Busy man, that Dr. Mark Flomenbaum.

When he’s not presiding over the investigations of 3,000 deaths a year as Maine’s chief medical examiner – or derailing a murder trial with a last-minute change of mind on a crucial piece of evidence – he’s answering the phone for Lincoln Forensics LLC, a private consulting firm he’s owned and operated since 2012.

Friday morning, he picked up on the second ring.

“I do private work on cases that have nothing to do with Maine on occasional weekends and nights and I provide consulting,” Flomenbaum said after confirming that, yes, he owns Lincoln Forensics, and, no, he’s not supposed to be talking to the media right now.

“The timing is really not good,” he said.

He’s got that right.


Flomenbaum burst into the news last week when, just before taking the witness stand, he did an about-face on his earlier examination of the shooting death of Alicia Gaston. Based on an evidence photo he’d just seen for the first time, Flomenbaum said he now believes the fatal shot could have come from a vastly different angle than the one he’d previously estimated.

It was a stunning development in the murder trial of Noah Gaston, charged with killing his wife with a shotgun at their home in Windham on Jan. 14, 2016.

Not surprisingly, Superior Court Justice Michaela Murphy declared a mistrial.

Murphy also, according to a defense attorney, gave Flomenbaum 30 days to explain his change of opinion. His response will be pivotal – the revised angle of fire plays directly into Noah Gaston’s claim that he thought an intruder, not his wife, was coming up the stairway inside their home when he discharged his weapon.

All of which places Flomenbaum under the microscope – and not for the first time.

As the Portland Press Herald reported Friday, Flomenbaum came to Maine in 2013 after being fired as chief medical examiner in Massachusetts in 2007. Then-Gov. Deval Patrick based that dismissal on a report that found that state’s medical examiner’s office “on the verge of collapse” under Flomenbaum’s management.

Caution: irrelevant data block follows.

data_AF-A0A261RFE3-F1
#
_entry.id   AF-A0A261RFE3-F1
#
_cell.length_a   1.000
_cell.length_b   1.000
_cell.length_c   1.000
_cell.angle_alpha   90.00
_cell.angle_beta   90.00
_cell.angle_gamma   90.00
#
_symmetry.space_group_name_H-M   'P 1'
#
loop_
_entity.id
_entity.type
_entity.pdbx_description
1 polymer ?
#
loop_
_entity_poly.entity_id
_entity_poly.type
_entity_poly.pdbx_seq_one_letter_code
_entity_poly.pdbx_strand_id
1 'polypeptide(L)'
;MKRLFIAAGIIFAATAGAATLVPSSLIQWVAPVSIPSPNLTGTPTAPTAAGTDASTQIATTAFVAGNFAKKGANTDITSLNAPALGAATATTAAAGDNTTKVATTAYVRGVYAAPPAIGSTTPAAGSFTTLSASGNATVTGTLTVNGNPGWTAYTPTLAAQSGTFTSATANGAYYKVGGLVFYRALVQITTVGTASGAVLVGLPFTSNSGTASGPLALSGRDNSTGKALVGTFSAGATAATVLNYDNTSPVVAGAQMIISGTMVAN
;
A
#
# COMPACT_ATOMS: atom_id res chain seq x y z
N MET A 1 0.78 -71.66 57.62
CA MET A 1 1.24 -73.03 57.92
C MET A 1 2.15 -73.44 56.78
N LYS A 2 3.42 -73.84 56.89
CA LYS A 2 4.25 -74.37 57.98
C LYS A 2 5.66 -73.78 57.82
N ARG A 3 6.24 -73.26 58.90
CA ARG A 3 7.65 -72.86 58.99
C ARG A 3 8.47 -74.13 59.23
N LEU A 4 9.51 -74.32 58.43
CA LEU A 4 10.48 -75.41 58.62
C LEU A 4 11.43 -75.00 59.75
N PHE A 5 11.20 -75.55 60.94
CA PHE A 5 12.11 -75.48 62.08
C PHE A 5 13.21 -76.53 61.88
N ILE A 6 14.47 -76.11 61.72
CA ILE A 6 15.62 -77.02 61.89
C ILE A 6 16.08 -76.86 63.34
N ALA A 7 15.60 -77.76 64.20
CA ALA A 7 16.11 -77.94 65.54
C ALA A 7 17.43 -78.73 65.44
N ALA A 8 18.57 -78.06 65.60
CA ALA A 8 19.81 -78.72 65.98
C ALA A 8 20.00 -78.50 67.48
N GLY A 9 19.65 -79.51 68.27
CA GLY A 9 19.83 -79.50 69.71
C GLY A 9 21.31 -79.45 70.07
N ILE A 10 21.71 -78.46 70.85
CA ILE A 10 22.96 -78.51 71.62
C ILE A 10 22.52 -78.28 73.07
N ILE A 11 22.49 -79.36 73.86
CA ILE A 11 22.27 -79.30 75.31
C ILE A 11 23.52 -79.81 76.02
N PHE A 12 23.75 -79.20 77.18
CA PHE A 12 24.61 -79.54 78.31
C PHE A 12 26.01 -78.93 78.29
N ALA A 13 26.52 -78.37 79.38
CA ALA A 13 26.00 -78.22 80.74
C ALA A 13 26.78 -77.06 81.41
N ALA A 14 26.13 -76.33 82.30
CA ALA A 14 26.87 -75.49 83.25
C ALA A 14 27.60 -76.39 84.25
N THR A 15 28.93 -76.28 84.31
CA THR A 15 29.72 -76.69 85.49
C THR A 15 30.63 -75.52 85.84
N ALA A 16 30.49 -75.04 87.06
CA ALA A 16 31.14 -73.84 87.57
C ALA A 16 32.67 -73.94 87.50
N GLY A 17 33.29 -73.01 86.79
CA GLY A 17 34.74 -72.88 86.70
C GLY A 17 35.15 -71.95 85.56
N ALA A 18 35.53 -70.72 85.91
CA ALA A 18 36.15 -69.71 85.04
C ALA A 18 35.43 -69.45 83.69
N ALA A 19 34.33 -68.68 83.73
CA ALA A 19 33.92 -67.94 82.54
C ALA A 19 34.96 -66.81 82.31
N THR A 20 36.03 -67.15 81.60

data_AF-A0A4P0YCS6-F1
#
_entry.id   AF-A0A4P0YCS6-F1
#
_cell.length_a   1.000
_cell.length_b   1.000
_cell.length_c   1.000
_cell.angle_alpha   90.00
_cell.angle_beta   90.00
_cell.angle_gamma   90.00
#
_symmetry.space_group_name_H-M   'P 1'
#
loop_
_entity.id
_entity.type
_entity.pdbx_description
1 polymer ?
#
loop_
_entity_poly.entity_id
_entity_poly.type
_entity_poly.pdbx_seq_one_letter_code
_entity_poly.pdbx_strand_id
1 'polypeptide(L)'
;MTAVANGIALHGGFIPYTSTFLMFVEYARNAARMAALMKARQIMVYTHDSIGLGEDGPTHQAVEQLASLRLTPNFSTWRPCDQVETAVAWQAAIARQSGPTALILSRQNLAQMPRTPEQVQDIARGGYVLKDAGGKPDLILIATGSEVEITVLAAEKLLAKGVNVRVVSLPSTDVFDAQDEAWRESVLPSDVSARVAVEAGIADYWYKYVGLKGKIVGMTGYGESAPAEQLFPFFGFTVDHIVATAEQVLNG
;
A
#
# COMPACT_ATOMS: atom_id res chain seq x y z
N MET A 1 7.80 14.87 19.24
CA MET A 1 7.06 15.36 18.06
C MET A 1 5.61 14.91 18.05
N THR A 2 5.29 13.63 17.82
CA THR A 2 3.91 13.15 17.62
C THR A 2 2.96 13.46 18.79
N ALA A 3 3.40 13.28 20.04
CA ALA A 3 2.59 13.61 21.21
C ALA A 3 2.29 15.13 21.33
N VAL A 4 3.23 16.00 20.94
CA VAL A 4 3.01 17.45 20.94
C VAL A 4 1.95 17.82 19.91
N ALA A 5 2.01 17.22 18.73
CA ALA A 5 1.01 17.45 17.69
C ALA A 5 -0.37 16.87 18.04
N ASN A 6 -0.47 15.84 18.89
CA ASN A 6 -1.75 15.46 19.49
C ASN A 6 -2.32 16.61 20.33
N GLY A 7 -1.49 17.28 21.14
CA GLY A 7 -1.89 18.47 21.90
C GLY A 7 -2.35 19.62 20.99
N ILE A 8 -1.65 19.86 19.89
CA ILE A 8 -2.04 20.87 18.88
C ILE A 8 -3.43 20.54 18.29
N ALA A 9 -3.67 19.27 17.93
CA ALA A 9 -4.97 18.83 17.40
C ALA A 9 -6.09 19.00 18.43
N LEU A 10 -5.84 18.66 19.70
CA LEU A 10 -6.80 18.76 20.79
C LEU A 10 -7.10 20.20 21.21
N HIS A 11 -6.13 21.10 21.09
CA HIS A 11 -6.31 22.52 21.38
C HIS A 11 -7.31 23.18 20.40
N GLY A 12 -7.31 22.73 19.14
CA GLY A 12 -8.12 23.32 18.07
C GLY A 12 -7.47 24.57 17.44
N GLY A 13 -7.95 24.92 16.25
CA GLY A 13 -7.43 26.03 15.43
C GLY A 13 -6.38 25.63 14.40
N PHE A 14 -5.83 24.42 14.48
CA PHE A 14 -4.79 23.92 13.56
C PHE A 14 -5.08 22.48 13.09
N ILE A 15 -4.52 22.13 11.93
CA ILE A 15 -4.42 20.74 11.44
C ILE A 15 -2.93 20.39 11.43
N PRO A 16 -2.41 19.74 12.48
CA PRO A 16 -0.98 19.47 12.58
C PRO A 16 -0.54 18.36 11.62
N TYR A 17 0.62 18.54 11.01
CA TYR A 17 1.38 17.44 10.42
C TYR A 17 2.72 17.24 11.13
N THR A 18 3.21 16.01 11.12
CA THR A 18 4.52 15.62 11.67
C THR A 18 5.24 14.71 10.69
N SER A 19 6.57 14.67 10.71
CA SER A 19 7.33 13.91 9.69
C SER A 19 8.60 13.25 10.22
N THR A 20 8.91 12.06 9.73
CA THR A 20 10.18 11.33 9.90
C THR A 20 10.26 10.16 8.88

Since his arrival here, first as deputy and then as chief medical examiner, Flomenbaum’s competency has been called into question unsuccessfully by at least three murder defendants in Maine. Two of them pointed not only to his tenure in Massachusetts, where his office actually lost a corpse, but also a 2016 child murder trial in Connecticut in which Flomenbaum’s testimony as an expert witness hired by the defense was found by the judge to be not credible.

Which brings us back to Lincoln Forensics.

Registered as a limited liability company in Massachusetts since 2012, the firm’s address is a $1.6 million residential property in Lincoln, Mass. Municipal records there list Flomenbaum as the current owner of the four-bedroom, four-bath dwelling on 2.75 acres.

According to its website (www.lincolnforensics.com), Lincoln Forensics “offers Forensic Pathology consultation and educational services to members of the legal, public health, public policy, law enforcement, medical and forensic science communities. Expert witness testimony is available in Forensic Pathology and hospital based Pathology.”

The site lists 18 different available services, ranging from “advice to counsel at any stage of investigation or litigation” to “wound interpretation” and “autopsy interpretation.”

Under “Who We Are,” the website lists only Flomenbaum. His biography includes references to his past work in Massachusetts, New York and California. But there’s no mention of Maine.